It's been really strange with all the wind storms, and especially the fact the wind storms have seemed to be so localized. Wind storm in Seattle but not the east side? Strange to me.

Mark said...

Every El Nino is unique:

Both Seattle and Portland pulled off impressive hat tricks on Tuesday, setting daily records for both warmest low and warmest high temperature as well as rainfall:

Seattle: low 50°F, high 60°F, rainfall 2.13”
Portland: low 56°F, high 62°F, rainfall 1.67”

Meteorological autumn (September – November) was the warmest in 121 years of recordkeeping for the 48 contiguous U.S. states, according to NOAA’s national wrapup of November and fall conditions released Wednesday morning. The national average of 56.8°F was a full 3.3°F above the 20th-century average and 0.2°F above the previous record of 56.6°F (Sep-Nov 1963). Only one state (Florida) had its warmest autumn on record, but the nation as a whole still came out on top because of the rare coast-to-coast nature of the warmth. Often, one part of the country will have a mild three-month period while another part is colder than average, as we saw dramatically this past winter with record warmth in the West and unusual chill in the East.

The dynamics associated with El Niño are likely to keep unusually mild weather predominating over the northern U.S. for most of the winter, according to seasonal outlooks from the National Weather Service. Some forecasters are pointing to signals that appear to favor development of a negative North Atlantic Oscillation by January. Negative NAO conditions during El Niño can enhance the odds of one or more snowy nor’easters over the mid-Atlantic and New England.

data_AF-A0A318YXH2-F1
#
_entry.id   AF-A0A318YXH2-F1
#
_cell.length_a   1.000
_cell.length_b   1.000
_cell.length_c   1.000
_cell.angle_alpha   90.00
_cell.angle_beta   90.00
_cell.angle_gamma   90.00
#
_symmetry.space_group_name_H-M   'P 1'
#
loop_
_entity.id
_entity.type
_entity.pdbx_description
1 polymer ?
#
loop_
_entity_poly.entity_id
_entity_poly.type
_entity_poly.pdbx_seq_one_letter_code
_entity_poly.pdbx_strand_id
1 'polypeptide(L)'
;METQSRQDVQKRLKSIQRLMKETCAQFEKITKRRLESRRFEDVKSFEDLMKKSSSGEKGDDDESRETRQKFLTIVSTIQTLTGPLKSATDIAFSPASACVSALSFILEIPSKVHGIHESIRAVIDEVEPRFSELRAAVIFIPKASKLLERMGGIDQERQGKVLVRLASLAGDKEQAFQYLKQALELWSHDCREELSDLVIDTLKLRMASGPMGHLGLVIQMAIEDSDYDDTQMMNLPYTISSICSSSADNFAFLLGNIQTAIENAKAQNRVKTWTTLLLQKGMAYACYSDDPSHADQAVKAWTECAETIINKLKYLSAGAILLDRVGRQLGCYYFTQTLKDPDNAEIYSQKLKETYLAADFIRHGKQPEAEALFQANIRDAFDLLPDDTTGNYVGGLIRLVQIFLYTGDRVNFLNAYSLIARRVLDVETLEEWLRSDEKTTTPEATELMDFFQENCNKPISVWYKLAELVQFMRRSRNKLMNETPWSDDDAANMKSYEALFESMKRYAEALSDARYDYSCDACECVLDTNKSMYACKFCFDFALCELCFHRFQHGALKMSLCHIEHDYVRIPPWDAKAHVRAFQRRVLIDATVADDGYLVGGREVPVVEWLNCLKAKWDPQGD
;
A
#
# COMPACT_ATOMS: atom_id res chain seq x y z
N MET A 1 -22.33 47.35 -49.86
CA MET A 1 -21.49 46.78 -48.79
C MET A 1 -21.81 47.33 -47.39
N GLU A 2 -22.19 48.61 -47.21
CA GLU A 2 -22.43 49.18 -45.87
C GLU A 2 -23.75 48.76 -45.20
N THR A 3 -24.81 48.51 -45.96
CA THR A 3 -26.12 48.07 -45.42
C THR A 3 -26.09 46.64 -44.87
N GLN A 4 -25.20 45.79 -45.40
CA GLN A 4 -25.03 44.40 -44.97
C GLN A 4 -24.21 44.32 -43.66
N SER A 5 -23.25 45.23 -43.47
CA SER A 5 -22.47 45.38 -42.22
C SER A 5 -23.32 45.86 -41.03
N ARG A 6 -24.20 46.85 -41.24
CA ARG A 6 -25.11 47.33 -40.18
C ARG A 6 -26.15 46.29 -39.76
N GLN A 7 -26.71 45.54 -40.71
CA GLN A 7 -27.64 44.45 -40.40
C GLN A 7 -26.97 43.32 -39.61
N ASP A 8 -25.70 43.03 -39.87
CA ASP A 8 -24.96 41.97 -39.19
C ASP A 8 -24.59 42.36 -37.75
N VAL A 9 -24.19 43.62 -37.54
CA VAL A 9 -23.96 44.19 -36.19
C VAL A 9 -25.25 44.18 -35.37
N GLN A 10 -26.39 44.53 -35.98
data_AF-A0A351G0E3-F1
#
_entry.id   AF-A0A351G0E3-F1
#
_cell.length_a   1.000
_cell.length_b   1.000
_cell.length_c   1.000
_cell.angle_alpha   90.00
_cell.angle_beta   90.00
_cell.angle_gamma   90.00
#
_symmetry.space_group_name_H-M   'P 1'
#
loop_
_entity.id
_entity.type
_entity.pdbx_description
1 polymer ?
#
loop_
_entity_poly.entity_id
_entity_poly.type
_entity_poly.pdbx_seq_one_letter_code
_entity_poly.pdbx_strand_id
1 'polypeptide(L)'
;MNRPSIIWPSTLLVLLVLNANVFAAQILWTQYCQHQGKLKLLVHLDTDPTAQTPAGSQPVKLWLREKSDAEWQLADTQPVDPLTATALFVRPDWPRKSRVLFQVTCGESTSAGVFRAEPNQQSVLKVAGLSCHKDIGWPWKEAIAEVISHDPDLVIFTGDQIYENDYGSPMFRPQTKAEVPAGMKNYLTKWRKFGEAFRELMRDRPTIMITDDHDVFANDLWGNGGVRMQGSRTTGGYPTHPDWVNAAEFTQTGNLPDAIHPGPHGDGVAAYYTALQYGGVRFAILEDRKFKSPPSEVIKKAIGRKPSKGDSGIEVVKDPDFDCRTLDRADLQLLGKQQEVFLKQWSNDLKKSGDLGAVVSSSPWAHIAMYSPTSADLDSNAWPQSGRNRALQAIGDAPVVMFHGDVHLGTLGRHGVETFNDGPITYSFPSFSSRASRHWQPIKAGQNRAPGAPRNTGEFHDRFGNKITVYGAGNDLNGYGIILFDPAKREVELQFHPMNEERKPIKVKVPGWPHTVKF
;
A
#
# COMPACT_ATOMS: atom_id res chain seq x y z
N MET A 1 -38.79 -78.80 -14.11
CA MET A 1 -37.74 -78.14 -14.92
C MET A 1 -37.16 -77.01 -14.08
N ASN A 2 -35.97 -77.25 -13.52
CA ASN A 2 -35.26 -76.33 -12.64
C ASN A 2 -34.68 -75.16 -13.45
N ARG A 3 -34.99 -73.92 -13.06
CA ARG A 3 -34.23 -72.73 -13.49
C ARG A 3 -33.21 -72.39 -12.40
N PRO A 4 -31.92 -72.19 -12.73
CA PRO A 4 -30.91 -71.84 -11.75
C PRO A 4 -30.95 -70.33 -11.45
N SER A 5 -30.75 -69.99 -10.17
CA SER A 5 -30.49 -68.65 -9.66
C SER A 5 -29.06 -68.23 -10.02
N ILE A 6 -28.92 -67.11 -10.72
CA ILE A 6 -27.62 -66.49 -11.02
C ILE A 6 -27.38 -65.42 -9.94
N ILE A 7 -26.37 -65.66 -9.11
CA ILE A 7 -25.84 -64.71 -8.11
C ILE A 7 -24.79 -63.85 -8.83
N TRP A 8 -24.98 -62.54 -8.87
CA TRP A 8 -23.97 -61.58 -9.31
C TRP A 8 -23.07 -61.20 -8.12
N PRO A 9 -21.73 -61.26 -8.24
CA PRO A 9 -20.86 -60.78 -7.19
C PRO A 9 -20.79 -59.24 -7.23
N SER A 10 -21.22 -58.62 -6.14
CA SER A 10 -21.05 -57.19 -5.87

Kenna Wickman said...

My niece in Battle Ground WA reports seeing a tornado there and there are reports of damage but so far no injuries. Sirens all over and she's sent pictures of damage on her Facebook feed. Apparently the NWS is investigating these reports according to OregonLive.

Wild weather. Yesterday's sun was a nice break but i enjoy a good storm!!!

John Marshall said...

Patience on the El Nino. It's more a Winter thing than a Fall thing.

But... if we're still having this weather in February, then it'll be a great question.

I'm just hoping that the next few fronts will actually store their moisture in snow as forecasted, and not get washed out before Spring.
I'd hate to see all this rain flow into the sea and then have a dry winter and summer.

What's cool is that 2015 will go down as a droughty floody hot dry rainy year -- with that looks like it's going to be normal or above rainfall for the calendar year. The short-term climate rules and tools seem to be a bit broken.

My real worry is that the "short-term" in my previous sentence is in error.

Tom said...

With respect to Matt's question - as I understood it, the El Nino effect caused the jet stream to move southward, carrying winter storms to California instead of the northern US and Canadian West Coasts. The storms this fall seem to be larger and chugging into the entire West Coast. Do you have an explanation, Cliff?

James Ragsdale said...